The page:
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Attempting to Make Sampuru: Japanese Fake Food Samples (Challenge Shizuka)

By Callum Howe
January 24, 2021
Updated: March 31, 2021
We strive to be as accurate as possible and keep up with the changing landscape of Japan’s food and travel industries. If you spot any inaccuracies, please send a report.

Anyone who’s spent even just half a day in Tokyo has seen the Japanese fake food samples outside nearly enough every shop. As strange as they might seem a first, they sure help when the menu itself is all written in kanji! 

If you’ve ever wondered how these unique and bizarre little pieces of modern Japanese culture are made, take a look at byFood host Shizuka Anderson giving it a shot. She went to Ikebukuro to get hands-on with two different kinds of sampuru — and you can too!

Attempting to Make Japanese Fake Food Samples a.k.a. “Sampuru” | Challenge Shizuka

Following in the footsteps of dozens of Japanese and Korean celebrities, in this episode of Challenge Shizuka, our host heads to the in-house craft workshop at the Yamato Sample Factory. Here, master sampuru craftsman Yuuichi Ito puts his 45 years of experience into fun classes for visitors.

Shizuka and her sensei making a Japanese fake food replica of ramen

The factory itself opened in 1952 in Gifu Prefecture, the home of the Japanese fake food display. They were one of the first and best companies, and if you’ve been traveling Japan for a while, there’s a good chance that you’ve come across their work at some point. 

Shizuka placing a naruto fish cake on her bowl of ramen, a fake Japanese food sample

Making fake Japanese foods that look good enough to eat takes more skill than you might expect, but with the proper help, it’s a load of fun. Ito-san shows Shizuka how to properly heat, shape, and arrange all of the building blocks to bring her creations to life: a bowl of piping hot ramen and a strawberry parfait.

Japanese food sample toppings for parfait

It starts with choosing the perfect pieces, then heating them in water. Since the parts are mostly made of wax and resin, this means they can be molded into the right shapes. The tricky part is then placing and binding everything together to make it all look as delicious as possible. The finished product makes for a great souvenir for a kitchen shelf back home.

Four multi-colored Japanese fake food sample parfaits lined up in a row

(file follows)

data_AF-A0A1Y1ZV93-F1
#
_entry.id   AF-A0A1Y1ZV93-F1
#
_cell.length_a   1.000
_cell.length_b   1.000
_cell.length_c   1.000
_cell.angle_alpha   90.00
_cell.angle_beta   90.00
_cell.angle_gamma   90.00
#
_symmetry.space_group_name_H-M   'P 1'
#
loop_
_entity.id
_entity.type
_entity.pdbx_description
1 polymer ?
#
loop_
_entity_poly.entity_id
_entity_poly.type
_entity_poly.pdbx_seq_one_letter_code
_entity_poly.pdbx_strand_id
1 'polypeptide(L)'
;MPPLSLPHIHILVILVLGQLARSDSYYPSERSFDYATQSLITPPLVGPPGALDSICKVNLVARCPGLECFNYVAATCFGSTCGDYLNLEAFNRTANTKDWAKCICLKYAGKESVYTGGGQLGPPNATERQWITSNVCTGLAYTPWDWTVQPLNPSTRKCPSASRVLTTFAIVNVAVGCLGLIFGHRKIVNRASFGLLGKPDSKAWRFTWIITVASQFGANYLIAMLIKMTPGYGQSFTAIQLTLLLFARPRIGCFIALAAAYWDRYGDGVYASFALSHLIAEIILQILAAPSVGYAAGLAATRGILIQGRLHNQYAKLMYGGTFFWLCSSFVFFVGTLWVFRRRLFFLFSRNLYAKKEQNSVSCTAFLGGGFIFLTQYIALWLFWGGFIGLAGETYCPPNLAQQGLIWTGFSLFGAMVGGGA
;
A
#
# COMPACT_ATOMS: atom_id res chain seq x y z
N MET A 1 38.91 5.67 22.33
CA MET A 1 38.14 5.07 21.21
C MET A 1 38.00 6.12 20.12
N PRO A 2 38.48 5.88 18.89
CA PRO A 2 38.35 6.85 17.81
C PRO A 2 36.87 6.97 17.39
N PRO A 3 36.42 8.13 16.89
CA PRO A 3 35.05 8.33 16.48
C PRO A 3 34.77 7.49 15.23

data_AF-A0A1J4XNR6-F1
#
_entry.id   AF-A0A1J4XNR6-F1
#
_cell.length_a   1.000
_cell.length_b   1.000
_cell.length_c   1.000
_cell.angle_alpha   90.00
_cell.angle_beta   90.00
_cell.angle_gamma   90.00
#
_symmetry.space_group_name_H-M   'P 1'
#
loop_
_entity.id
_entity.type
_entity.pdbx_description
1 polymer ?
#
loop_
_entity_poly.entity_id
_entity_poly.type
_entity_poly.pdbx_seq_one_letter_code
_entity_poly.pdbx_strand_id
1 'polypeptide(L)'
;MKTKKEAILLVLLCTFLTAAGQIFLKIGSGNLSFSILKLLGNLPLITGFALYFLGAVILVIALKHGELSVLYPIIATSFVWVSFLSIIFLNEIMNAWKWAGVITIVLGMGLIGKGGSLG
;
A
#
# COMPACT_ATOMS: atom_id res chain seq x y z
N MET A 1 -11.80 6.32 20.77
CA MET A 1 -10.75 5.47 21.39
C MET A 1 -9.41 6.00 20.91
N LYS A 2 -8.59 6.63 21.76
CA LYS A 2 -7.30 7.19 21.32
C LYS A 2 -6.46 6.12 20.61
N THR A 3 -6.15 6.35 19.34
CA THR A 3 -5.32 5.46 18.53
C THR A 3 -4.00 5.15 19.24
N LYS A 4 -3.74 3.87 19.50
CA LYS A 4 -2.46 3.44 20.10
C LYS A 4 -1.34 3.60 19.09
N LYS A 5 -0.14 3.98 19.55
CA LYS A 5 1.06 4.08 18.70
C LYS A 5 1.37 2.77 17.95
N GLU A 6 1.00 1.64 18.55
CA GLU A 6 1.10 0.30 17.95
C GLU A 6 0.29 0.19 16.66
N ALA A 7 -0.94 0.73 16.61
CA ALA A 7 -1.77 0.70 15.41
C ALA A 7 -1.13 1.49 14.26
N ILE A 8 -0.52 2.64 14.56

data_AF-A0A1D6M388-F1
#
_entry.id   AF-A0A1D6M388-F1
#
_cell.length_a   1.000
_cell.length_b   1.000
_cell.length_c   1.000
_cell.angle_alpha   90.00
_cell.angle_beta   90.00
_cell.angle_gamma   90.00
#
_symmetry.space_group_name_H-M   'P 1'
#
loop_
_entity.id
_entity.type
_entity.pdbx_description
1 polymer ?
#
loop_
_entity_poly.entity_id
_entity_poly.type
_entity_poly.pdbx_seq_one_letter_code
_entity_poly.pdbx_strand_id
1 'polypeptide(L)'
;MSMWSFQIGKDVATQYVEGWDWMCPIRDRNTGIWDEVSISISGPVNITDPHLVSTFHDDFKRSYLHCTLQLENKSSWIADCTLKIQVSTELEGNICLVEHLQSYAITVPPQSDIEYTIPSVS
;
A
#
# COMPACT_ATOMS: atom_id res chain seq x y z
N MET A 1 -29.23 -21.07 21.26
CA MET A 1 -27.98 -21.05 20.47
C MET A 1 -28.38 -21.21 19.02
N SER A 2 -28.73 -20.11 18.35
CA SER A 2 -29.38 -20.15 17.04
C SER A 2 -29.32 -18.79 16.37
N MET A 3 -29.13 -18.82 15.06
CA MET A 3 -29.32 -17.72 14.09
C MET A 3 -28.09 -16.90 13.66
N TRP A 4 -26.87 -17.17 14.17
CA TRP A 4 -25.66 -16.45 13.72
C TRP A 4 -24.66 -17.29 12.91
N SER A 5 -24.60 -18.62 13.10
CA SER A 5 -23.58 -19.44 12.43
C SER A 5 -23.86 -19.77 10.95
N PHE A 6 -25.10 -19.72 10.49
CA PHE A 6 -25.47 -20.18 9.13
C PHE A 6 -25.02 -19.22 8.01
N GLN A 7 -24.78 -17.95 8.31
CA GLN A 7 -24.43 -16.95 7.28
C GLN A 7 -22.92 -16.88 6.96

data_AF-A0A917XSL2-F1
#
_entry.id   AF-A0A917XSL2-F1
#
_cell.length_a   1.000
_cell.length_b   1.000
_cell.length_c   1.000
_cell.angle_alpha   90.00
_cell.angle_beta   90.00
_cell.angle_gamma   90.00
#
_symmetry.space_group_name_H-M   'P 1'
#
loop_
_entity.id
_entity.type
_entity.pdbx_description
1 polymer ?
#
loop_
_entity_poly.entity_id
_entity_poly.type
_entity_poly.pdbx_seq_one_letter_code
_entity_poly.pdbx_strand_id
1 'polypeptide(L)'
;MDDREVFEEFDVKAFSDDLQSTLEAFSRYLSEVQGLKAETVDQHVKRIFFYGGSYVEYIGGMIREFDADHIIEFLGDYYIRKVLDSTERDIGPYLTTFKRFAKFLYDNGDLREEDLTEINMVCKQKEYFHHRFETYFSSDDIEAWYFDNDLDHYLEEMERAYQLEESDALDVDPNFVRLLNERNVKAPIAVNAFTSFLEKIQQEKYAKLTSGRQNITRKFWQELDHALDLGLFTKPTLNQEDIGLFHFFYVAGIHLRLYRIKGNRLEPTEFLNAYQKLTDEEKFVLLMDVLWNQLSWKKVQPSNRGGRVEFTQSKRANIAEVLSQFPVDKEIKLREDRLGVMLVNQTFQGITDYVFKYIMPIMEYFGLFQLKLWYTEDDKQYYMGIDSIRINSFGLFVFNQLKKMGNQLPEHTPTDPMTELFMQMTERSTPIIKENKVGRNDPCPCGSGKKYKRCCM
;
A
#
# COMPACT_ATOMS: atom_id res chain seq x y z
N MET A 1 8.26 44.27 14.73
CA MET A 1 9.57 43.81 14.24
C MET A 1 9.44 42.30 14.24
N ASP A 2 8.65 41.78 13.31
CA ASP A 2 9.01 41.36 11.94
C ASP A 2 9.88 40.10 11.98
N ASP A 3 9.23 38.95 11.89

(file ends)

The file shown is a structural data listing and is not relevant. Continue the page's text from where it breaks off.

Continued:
Shizuka got top marks from her sensei, and top marks from us for resisting the urge to bite into such a beautiful (silicon) parfait while the cameras were rolling. If you reckon you’d ace a Japanese fake food making class too, take a look below!

Want to try making Japanese food replicas? Join a food sample making workshop in Tokyo!

Shizuka pointing at the wax toppings for her Japanese fake food replica of ramen

This fun and friendly class will give you a chance to try out all the skills from the video, with the guidance of one of the Yamato Sample Factory’s top artisans. The one-hour class gives you plenty of time to learn the tricks of the trade, and produce your very own Japanese food replica souvenir.

It’s a fantastic family-friendly experience, perfect for young kids. The standard class covers making a bowl of replica soy ramen, but if you’d rather make something a little sweeter, you can opt for the parfait, a cupcake charm, or tart charm instead. 

For the parfait, you’ll have a wide range of fake candy and fruits to top your creation with. Just don’t go letting the little ones go popping fake candy into their mouths; wax and resin don’t taste quite as good as the real thing!

Check out our other videos and subscribe to the Japan by Food YouTube channel to see the episodes right when they drop!

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Callum Howe
Originally from Fife, Scotland, Callum is a literature graduate, freelance writer, and English teacher living in Tokyo. An interest in Zen drew him to Japan, so you can often find him visiting temples around Tokyo and beyond. He loves getting involved with the local music, sports, and arts scenes.
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